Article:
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Parliament debates political TV ad financing

By Gvantsa Gabekhadze
Friday, April 13
Thanks to amendments made to the Law on the Political Unions of Citizens, those parties participated in local government elections will be eligible to receive government funding for television commercials, up to 600 000 GEL.

This change in the Election Code was discussed in Parliament Thursday, and prompted a heated debate on whether or not the law favours some parties over others.

Jondi Baghaturia, leader of Georgian Trope, does not approve of the decision, as his party did not participate in local government elections. He offered a counter-proposal, in which financing would be extended to those parties that won seats in Parliament; however it was not taken into consideration by the parliamentary majority. He called this snub "revenge" for his frequent criticism of the government. "I appeal to the majority representatives: behave accordingly, don’t put yourselves in a bad position, and don’t let be captured by the President’s will,” Baghaturia said. He personally addressed the head of the Parliamentary Legal Committee, Pavle Kublashvili, saying he has “goodwill towards him” but hopes that he "will not turn into a grotesque figure".

Kublashvili responded by saying that the only issue Baghaturia cares about is money, and then predicted that his "failure in the elections is inevitable".

Majority reprehensive Davit Darchiashvili also raised the issue of restrictions on foreign funding in the law, and noted that they are not prohibited unless they are in support of an official political party.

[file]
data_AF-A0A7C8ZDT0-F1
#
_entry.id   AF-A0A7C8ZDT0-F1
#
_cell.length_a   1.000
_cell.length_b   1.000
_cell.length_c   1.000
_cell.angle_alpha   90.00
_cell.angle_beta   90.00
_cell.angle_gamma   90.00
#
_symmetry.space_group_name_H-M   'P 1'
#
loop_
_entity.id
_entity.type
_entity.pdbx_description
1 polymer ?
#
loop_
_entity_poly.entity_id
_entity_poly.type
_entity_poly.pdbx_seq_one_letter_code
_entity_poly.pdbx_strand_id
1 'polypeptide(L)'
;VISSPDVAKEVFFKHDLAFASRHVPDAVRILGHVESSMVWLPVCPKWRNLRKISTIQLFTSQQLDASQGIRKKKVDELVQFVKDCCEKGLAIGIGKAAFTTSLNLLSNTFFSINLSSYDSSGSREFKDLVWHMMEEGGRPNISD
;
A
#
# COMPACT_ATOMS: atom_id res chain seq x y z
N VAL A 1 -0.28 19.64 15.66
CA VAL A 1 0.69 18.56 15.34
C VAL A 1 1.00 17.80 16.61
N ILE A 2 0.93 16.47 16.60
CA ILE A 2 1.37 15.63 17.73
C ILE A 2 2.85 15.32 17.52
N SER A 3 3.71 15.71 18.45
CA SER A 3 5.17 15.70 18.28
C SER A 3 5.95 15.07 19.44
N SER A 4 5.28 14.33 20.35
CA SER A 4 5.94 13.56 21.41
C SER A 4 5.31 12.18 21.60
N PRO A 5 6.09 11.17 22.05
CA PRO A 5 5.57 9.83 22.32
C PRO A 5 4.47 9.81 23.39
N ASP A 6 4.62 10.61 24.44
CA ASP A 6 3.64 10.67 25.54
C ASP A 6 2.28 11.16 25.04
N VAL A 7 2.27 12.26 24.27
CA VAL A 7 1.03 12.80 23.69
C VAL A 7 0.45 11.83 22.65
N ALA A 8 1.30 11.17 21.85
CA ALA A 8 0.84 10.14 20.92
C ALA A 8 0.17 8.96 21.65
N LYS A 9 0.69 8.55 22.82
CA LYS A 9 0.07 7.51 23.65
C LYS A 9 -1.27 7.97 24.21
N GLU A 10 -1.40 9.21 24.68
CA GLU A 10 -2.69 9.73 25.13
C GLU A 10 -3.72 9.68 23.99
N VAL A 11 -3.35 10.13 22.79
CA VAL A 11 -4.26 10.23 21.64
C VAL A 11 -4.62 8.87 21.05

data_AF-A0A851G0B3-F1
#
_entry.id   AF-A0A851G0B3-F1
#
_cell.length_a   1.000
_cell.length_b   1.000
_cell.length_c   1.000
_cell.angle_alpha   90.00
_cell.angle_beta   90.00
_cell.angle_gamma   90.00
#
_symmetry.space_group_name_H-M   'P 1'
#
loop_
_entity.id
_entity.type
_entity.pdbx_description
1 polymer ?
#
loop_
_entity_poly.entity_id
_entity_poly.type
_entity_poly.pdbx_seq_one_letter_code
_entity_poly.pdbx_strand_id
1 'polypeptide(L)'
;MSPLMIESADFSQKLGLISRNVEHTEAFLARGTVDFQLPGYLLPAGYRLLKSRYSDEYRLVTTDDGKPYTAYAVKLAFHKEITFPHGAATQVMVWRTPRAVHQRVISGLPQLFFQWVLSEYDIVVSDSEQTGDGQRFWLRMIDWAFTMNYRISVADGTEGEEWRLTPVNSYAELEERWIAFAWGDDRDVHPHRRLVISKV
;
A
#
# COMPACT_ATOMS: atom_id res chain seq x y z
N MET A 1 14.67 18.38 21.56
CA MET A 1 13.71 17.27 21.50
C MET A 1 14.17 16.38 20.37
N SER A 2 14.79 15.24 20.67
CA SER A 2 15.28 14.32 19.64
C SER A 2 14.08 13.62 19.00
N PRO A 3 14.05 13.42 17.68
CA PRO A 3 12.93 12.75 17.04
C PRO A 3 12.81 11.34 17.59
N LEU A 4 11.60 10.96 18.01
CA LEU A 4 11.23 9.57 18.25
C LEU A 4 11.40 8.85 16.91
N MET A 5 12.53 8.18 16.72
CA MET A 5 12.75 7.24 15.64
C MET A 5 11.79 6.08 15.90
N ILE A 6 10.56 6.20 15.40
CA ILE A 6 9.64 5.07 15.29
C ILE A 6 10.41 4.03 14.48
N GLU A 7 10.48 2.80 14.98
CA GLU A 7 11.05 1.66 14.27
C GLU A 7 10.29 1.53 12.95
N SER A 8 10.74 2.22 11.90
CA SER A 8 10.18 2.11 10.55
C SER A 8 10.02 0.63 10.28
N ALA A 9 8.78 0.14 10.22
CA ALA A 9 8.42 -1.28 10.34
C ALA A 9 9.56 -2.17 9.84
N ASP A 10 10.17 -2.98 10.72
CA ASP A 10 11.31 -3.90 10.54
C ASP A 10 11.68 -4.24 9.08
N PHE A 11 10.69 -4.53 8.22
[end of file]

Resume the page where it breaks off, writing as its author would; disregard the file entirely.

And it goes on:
Lela Taliuri, representative of the Georgian Young Lawyers Association, told The Messenger that the ongoing process of negotiation with the administration on the law can be assessed as positive. "[Regarding] the main points on which we had [criticisms] – regarding the right of expression and so on – our recommendations have been taken into consideration. However, there were those... like the punishment of voters, of which we demanded a complete removal, where our demand was only partially satisfied," she said, noting that it is still to early to gauge their progress. "When the process is complete, making comments and assessments will be more important," she stated.

Some critics are skeptical about the parliamentary debates and the consultations between the Legal Committee and NGOs, as they believe that the heart of the law is discriminatory, and such minor changes will make little difference. However, some analysts believe that the administration is making real concessions and that international and civil society pressure on the government is working.